Aegon has warned the FSA not to allow non-confirmed industry guidance to be seen as a lower standard than confirmed guidance under its plans to supplement principles.
Responding to the FSA’s discussion paper on the subject, Aegon head of business regulation Steven Cameron says it must be made clear that there is an equal role for both forms of instruction.
Cameron says the law of unintended consequences could mean that guidance issued by trade bodies which do not want their guidance to be made publicly available and so would fall outside the FSA plans may be treated as less important than FSA rubber-stamped guidance.
He suggests that industry guidance should take a number of equally valid forms, with interpretations of regulations probably taking the form of confirmed guidance alongside good practice issues which may not need to be confirmed.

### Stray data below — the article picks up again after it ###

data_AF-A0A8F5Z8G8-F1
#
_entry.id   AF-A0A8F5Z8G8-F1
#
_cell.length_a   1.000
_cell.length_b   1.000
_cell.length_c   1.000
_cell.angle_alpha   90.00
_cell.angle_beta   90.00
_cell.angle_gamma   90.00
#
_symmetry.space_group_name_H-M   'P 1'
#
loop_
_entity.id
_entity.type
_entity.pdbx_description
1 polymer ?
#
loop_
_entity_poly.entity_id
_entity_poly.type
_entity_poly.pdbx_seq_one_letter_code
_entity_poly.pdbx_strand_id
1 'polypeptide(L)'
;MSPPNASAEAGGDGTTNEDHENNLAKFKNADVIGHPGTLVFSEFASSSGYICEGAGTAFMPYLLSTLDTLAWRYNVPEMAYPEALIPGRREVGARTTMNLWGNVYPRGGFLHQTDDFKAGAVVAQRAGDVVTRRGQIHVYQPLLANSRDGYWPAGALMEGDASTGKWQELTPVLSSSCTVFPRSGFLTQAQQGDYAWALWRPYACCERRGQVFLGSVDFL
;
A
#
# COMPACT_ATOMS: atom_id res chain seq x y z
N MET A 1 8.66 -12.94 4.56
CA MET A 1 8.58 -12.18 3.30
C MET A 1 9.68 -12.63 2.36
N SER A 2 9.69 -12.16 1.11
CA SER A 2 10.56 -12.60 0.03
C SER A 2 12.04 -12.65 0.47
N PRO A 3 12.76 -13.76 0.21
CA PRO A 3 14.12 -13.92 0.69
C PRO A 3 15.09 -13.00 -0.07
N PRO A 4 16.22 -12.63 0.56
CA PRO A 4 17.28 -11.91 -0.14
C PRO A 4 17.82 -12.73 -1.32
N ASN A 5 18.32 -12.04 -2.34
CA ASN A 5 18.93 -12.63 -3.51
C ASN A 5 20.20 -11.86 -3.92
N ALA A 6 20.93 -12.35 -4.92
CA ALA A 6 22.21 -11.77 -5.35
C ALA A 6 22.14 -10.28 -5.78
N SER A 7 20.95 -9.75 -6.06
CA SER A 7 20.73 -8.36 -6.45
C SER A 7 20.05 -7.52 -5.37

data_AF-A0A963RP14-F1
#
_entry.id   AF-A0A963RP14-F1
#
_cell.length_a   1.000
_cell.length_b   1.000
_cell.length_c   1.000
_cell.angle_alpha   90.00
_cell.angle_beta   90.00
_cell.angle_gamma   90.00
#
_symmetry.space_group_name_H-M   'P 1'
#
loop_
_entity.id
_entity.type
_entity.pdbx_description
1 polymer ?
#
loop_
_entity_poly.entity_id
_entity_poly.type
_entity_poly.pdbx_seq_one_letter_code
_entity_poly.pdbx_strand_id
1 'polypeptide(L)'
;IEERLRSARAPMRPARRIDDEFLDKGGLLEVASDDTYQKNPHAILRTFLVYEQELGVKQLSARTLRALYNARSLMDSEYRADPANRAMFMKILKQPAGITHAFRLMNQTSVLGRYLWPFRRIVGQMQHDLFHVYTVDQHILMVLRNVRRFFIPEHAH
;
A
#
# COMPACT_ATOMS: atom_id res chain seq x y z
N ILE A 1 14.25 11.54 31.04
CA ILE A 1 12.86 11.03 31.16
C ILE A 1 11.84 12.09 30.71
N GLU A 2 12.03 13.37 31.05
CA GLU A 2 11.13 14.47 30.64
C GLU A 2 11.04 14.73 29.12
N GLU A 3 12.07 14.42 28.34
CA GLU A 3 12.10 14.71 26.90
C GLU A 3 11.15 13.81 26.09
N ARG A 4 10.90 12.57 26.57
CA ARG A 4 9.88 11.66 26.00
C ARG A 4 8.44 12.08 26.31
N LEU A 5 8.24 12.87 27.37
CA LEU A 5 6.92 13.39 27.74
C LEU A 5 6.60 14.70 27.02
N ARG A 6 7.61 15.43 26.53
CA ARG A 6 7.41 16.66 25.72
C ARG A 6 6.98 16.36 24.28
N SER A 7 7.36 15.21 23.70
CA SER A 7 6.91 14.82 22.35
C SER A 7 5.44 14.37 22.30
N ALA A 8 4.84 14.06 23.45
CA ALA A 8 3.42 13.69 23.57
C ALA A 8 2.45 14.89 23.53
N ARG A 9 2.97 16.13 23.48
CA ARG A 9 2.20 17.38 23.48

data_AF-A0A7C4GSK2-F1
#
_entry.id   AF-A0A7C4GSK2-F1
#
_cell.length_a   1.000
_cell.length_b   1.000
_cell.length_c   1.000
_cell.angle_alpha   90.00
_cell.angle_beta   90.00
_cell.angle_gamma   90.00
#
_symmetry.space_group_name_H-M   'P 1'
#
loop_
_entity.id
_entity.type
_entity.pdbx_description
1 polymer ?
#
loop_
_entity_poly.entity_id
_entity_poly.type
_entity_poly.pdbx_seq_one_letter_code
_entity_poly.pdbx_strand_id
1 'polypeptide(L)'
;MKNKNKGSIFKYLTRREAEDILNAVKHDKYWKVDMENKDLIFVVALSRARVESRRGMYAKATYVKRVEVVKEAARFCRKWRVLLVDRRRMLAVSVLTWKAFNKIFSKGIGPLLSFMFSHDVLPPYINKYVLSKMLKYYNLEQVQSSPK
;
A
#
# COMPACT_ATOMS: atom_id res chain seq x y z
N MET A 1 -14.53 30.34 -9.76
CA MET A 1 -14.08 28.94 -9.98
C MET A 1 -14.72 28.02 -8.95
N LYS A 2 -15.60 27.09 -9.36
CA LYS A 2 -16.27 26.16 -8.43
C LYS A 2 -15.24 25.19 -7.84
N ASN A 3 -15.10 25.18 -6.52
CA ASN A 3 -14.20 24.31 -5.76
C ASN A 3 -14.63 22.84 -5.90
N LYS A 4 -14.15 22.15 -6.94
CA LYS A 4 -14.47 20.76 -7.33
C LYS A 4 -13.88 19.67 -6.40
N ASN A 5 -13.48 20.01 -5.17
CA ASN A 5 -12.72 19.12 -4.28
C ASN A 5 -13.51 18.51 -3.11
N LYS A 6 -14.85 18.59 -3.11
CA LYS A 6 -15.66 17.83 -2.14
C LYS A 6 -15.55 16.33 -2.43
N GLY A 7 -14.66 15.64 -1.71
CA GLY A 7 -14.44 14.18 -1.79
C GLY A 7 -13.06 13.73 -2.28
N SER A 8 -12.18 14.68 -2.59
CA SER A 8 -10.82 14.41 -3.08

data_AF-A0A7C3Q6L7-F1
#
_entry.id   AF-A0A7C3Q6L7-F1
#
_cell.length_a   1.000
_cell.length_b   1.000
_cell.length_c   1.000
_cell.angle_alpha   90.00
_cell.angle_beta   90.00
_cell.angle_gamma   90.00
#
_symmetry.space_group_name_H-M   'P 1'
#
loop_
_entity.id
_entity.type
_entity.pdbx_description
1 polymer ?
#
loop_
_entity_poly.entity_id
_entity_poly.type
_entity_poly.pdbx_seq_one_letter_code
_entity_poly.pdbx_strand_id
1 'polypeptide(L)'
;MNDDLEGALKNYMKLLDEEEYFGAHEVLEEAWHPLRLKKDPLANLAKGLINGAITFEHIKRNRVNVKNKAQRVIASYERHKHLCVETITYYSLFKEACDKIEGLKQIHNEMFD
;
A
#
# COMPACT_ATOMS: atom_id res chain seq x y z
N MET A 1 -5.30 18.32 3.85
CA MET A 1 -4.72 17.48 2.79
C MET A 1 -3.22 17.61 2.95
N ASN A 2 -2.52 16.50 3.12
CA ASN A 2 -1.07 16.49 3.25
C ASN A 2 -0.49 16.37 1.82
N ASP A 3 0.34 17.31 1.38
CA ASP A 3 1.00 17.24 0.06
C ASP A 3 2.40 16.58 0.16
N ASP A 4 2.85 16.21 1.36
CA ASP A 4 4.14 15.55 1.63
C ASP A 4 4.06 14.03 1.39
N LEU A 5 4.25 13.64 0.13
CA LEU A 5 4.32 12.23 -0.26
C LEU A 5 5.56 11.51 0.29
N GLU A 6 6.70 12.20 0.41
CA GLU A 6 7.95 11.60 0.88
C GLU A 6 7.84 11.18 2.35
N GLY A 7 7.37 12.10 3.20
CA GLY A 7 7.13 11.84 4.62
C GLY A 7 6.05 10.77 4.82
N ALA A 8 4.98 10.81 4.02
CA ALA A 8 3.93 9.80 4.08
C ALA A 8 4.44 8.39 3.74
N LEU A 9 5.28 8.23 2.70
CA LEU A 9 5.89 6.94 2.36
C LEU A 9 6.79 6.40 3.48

Cameron believes that a range of guidance will not cause confusion but rather allow firms to find the right sort of personalised support in a principle-based world.
He says the FSA should not assume that industry guidance will fill all the voids left by the withdrawal of prescriptive rules and its regulations must be able to stand on their own.
Cameron says: “We must ensure industry guidance that is not confirmed by the FSA is not undermined under this new regime. Our suggestion makes it clear that there is a role for both forms of guidance and should take the heat out of any controversy around the subject.”